However, both above mentioned cases said, although, they have moved on to stand on their toes to sustain and take care of their children but still find it difficult without their husbands. Martins and Oriyomi expressed heart grieving stories that it is more like an injurious blow when their children usually the question, “where is daddy, when is daddy coming home.”
In a Zoom meeting organised by Head High International Organisation, a non-governmental organisation for widows, June 23, to mark the International Widow’s Day.
Old and young widows interacted and deliberated on how to forge ahead following the demise of their loved ones. The older widows like Taiwo Ajayi-Lycett, and an International Barrister Margret Owen, encouraged the younger ones among them to have change of hearts that will enable them move on after the loss of their partners.
According to Mrs Ajayi-Lycett, OON, journalist, actress,writer and adviser to Head High Int. Organisation said she developed shortsightedness when she lost her husband. For her, the world crashed but the fact remains that life goes on, one person has go on. It was a tough life to live especially having to explain to children where their daddy is, “it was tough. Tougher is the cultural system that doesn’t seem to support widow,” she said. The fault, she explained that husbands in a way contribute to the inhumanity treatment their wives get after their demise from families. She however advised them (men) to always add their wives as their next of kin.
Barrister Margaret Owen OBE, a widow for 30 years and Widow’s Right Advocate, Founder, women In Peace Through Democracy said widowhood is increasing because of conflict where men are mostly featured and the ravaging Coronavirus disease, so far has killed more men than women.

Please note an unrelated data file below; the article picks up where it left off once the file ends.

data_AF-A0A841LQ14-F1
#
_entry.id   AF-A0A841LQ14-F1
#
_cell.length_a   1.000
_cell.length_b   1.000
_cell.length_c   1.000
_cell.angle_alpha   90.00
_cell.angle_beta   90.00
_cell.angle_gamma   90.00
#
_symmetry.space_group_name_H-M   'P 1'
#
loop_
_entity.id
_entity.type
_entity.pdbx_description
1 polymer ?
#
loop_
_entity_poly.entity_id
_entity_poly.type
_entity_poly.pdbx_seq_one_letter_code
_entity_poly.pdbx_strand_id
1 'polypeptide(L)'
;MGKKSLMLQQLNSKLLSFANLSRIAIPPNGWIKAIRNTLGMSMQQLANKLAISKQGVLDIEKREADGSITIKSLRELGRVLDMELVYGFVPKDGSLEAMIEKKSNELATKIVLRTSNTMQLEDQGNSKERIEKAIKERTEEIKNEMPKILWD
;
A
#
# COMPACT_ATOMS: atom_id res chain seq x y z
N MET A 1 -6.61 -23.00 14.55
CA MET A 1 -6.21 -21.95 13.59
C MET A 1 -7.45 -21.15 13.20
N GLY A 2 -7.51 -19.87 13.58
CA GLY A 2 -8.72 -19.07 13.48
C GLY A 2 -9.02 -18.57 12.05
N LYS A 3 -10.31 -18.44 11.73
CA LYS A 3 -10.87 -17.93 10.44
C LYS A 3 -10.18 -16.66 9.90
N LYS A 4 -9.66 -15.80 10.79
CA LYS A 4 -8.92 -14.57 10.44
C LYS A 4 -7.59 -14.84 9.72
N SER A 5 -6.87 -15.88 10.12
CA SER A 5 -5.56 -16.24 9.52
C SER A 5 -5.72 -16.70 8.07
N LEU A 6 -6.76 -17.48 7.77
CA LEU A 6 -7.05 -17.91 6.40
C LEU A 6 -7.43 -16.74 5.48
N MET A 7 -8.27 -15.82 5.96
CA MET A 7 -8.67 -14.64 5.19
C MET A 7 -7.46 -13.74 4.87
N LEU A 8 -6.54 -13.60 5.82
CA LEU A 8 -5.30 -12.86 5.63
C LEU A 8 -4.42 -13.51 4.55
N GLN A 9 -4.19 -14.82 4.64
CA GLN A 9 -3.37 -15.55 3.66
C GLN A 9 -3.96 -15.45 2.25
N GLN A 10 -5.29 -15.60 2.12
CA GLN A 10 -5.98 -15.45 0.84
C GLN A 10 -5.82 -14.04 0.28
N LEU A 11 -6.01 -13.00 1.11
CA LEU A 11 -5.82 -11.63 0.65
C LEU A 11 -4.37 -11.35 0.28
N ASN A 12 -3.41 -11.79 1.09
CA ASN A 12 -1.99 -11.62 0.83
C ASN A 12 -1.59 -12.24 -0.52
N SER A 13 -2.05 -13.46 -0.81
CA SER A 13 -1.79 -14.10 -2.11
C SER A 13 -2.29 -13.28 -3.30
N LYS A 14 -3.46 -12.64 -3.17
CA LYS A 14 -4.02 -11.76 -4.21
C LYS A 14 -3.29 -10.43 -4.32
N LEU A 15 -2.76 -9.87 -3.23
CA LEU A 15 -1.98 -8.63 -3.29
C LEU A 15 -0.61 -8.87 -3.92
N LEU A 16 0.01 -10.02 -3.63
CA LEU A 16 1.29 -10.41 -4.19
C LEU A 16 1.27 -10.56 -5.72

She advocated for a United Nations desk for widows to address their desperate needs which mostly featured in housing and judiciary support so that they are not homeless and are protected from harsh husband relatives.
Retired Deputy comptroller general of prisons, Folashade Akinwale, widow for 12 years and mother of five, her husband’s death in 2008 was devastating in. According to her, they had planned building a house together. She explained that they had bought a land and laid the foundation in January, unfortunately, he died the following month, February. As devastating as her husband’s death was, she said she had to pick up the pieces of life but the major support was from her church. She said that everyone disappeared from her. But she refused to remarry because her focus was on her children who were mostly hit. “Even though their father was not always there when he was alive, but whenever he was around, they felt his warmth. Till now, we have our moment,” she said.